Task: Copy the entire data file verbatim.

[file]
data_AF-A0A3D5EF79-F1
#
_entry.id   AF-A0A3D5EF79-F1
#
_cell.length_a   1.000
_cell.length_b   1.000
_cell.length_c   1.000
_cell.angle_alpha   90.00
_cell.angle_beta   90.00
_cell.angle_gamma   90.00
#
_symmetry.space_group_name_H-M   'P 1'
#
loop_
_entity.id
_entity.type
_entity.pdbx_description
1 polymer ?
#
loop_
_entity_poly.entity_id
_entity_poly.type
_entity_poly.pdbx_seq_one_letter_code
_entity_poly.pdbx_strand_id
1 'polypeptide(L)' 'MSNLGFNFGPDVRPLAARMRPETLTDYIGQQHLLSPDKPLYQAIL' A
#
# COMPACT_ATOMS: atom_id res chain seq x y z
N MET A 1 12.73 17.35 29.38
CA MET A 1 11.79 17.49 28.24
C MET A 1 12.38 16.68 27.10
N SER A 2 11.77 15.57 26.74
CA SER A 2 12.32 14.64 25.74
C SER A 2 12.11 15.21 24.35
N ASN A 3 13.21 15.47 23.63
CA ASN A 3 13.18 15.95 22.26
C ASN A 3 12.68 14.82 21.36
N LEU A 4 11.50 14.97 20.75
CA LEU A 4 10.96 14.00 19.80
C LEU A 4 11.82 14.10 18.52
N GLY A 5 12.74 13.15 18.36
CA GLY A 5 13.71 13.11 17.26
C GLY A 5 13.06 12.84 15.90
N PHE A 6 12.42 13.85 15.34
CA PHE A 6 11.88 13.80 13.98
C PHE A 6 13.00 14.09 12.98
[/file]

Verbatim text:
data_AF-A0A3D5EF79-F1
#
_entry.id   AF-A0A3D5EF79-F1
#
_cell.length_a   1.000
_cell.length_b   1.000
_cell.length_c   1.000
_cell.angle_alpha   90.00
_cell.angle_beta   90.00
_cell.angle_gamma   90.00
#
_symmetry.space_group_name_H-M   'P 1'
#
loop_
_entity.id
_entity.type
_entity.pdbx_description
1 polymer ?
#
loop_
_entity_poly.entity_id
_entity_poly.type
_entity_poly.pdbx_seq_one_letter_code
_entity_poly.pdbx_strand_id
1 'polypeptide(L)' 'MSNLGFNFGPDVRPLAARMRPETLTDYIGQQHLLSPDKPLYQAIL' A
#
# COMPACT_ATOMS: atom_id res chain seq x y z
N MET A 1 12.73 17.35 29.38
CA MET A 1 11.79 17.49 28.24
C MET A 1 12.38 16.68 27.10
N SER A 2 11.77 15.57 26.74
CA SER A 2 12.32 14.64 25.74
C SER A 2 12.11 15.21 24.35
N ASN A 3 13.21 15.47 23.63
CA ASN A 3 13.18 15.95 22.26
C ASN A 3 12.68 14.82 21.36
N LEU A 4 11.50 14.97 20.75
CA LEU A 4 10.96 14.00 19.80
C LEU A 4 11.82 14.10 18.52
N GLY A 5 12.74 13.15 18.36
CA GLY A 5 13.71 13.11 17.26
C GLY A 5 13.06 12.84 15.90
N PHE A 6 12.42 13.85 15.34
CA PHE A 6 11.88 13.80 13.98
C PHE A 6 13.00 14.09 12.98